Salespeople who do all the talking generally lose the sale… and are usually pretty boring to boot.  The prevailing wisdom is to follow the 70/30 rule.  A salesperson should listen 70 percent of the time and talk 30 percent of the time… while resisting the urge to interrupt.  While it may be tempting to interrupt to share something vitally important, a good salesperson will resist the urge unless for a very good reason.  The interruption may stop a prospective client from sharing information that could lead to a deeper understanding of his/her motivations, needs and problems.  When the time comes to speak, the salesperson should ask a question and then be silent.  This will prompt the prospect to keep sharing and afford the salesperson time to read body language and take notes.

When a prospect expresses a need, such as a need to cut down on turnaround time, a typical salesperson might reply by explaining how the product or service meets that need.  Instead,  it is better to probe deeper with more questions to elicit details.  Asking for even more information – and listening to the answers – puts the salesperson in a better position showcase the product/service and meet the need.

4.  Take detailed notes.

Active listening allows the opportunity for the salesperson to take copious notes.  It is important to take notes and not rely on memory later.  A salesperson that meets with multiple prospects in a day may end up confusing details or forgetting vital information.  These notes can also be helpful during the presentation to hit upon key issues.  It is especially important to write down objections. This allows the salesperson to specifically address those objections.

5.  Address objections with personal emotions.

Objections should be addressed with empathy, such as stating “I understand how you feel. A lot of our customers felt the same way until they realized…..”  Prospects not only want to be understood, but they also like to hear about others who have been in similar situations.

6.  Find the hot button.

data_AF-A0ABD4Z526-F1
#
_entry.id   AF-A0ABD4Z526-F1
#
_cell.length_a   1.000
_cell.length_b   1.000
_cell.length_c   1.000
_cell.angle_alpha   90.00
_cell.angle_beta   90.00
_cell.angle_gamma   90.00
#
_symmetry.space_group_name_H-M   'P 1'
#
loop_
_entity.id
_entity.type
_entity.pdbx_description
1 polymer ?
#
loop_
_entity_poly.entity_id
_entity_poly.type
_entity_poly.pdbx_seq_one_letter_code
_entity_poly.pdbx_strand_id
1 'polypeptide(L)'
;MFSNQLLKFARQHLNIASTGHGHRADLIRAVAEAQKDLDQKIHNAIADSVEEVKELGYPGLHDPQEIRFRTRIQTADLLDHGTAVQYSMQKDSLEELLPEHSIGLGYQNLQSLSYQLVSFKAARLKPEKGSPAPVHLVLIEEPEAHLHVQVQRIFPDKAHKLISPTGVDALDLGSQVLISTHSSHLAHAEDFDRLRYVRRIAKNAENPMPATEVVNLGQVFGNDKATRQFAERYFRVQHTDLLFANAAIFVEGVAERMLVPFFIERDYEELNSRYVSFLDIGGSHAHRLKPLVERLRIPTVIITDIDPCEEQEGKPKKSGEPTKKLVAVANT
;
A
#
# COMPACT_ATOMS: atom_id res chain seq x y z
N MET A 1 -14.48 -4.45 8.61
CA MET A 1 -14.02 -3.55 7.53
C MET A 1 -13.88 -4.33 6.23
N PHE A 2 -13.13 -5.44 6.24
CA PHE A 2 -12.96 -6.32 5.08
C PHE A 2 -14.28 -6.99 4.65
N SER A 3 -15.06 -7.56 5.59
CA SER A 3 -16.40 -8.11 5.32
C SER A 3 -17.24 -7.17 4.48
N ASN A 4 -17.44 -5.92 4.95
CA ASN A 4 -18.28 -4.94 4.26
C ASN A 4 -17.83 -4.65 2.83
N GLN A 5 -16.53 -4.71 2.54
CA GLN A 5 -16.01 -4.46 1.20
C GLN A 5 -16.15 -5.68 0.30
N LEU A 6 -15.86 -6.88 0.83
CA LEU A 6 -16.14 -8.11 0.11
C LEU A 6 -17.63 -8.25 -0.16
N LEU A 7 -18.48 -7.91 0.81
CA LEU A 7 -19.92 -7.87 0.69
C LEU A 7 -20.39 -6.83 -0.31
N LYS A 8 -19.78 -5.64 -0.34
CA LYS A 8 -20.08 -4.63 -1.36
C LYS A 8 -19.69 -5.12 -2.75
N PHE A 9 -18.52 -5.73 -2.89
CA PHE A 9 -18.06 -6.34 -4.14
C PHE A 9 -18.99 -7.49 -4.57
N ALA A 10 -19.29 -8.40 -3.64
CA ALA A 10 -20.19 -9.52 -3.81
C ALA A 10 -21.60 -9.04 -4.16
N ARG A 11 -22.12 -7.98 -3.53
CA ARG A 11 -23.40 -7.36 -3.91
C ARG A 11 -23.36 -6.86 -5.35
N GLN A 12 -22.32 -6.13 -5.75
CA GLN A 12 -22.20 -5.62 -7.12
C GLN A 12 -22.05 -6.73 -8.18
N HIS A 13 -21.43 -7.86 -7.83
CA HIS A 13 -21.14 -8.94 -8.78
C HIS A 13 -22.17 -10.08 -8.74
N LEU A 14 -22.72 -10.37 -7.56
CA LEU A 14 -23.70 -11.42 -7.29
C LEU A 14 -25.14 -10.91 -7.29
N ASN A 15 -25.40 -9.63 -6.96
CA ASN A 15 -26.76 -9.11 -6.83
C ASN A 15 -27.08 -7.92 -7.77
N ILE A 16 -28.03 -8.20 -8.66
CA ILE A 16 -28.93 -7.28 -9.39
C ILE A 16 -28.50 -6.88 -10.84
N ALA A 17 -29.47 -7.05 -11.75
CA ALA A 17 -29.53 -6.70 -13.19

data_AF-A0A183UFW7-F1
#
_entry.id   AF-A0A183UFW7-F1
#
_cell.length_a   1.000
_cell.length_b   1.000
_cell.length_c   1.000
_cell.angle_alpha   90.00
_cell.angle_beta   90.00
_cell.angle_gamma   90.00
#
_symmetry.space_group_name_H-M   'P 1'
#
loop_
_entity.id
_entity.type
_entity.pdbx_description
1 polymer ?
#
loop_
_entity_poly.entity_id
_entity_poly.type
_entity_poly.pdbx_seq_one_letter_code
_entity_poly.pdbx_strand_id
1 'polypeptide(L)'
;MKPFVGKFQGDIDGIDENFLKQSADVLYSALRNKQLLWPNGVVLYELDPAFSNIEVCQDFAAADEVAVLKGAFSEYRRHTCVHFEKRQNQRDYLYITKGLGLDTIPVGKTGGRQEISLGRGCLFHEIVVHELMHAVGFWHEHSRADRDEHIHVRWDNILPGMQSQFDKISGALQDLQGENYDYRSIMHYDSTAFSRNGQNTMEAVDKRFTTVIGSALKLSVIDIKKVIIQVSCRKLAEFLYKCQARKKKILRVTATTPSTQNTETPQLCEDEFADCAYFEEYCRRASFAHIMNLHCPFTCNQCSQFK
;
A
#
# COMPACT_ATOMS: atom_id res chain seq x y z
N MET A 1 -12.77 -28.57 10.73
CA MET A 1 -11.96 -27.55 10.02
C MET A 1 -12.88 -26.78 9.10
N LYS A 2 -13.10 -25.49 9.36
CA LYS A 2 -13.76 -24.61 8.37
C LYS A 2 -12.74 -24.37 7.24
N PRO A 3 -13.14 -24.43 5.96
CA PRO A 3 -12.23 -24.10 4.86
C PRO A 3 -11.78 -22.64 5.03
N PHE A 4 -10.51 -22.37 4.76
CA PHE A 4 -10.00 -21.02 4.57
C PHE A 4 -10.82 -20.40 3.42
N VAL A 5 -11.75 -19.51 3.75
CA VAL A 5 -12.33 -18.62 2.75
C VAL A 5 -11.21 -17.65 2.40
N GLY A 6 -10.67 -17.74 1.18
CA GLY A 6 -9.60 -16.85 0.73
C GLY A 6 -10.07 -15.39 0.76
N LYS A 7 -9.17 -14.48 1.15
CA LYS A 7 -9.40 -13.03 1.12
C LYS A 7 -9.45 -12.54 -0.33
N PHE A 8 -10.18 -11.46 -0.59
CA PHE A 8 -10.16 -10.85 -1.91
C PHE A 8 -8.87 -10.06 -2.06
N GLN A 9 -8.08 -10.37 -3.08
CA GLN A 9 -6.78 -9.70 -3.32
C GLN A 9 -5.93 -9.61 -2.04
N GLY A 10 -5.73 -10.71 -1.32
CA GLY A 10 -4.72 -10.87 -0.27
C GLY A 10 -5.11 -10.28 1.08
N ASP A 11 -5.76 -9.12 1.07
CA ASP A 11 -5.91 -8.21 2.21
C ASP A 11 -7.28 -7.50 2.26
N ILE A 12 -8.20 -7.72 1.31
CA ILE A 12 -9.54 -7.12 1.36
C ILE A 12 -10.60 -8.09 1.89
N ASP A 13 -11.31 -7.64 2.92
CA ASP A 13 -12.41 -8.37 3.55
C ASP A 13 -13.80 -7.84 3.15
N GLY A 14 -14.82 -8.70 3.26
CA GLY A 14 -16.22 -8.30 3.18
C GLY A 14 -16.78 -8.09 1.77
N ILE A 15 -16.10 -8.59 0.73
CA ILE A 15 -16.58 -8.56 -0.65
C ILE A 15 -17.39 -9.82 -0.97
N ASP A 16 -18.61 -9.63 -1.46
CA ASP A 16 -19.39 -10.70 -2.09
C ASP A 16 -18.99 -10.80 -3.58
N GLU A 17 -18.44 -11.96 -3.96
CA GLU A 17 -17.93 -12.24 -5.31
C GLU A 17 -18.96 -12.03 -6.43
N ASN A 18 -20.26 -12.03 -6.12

Typically, a person’s hot button is an emotional, not practical, need, and it is usually revealed during the process of the conversation.  A top notch salesperson will ask enough questions to get to the root of what is really driving the prospect’s decision-making process.

To know a customer’s hot buttons, ask questions that address how to streamline, fine-tune, and simplify the business. A salesperson should ask simple questions like:

  • What are your biggest concerns?
  • What keeps you up at nights? (related to business only!)
  • What is the driving force behind this project?
  • What is your pet peeve?
  • What is the biggest drawback of what you are doing now?
  • What would simplify your business process?

7.  Eliminate objections.

When faced with objections, it is important for the salesperson to first express empathy and concern.  The salesperson should let the prospect know he/she understands and feels for their issues, and then address the objections in order to narrow the focus.

  • Offer a choice –  Is it the delivery time or the cost that most concerns you?
  • Pinpoint the main objection – What specifically concerns you most?
  • Offer possible solutions.  – If we are able to handle the transaction within five business days, would you be willing to try us?

Every salesperson should have a list of common objections and ways they have been successfully addressed.

8.  Ask for the sale.

At this point in the process, armed with insightful information, it should be relatively simple for a salesperson to close the sale from there, if a need exists.  The next step is to actually ask for the customer’s order. Many salespeople make the mistake of not asking for the final decision.  Many a sales have been lost that way.  It never hurts to ask.

Asking the right questions that reveal a prospect’s needs and hot button(s) is the key to getting the sale.

Quote of the Week

“The questions you ask are more important than the things you could ever say.” Tom  Freese

© 2014, Written by Keren Peters-Atkinson, CMO, Madison Commercial Real Estate Services. All rights reserved.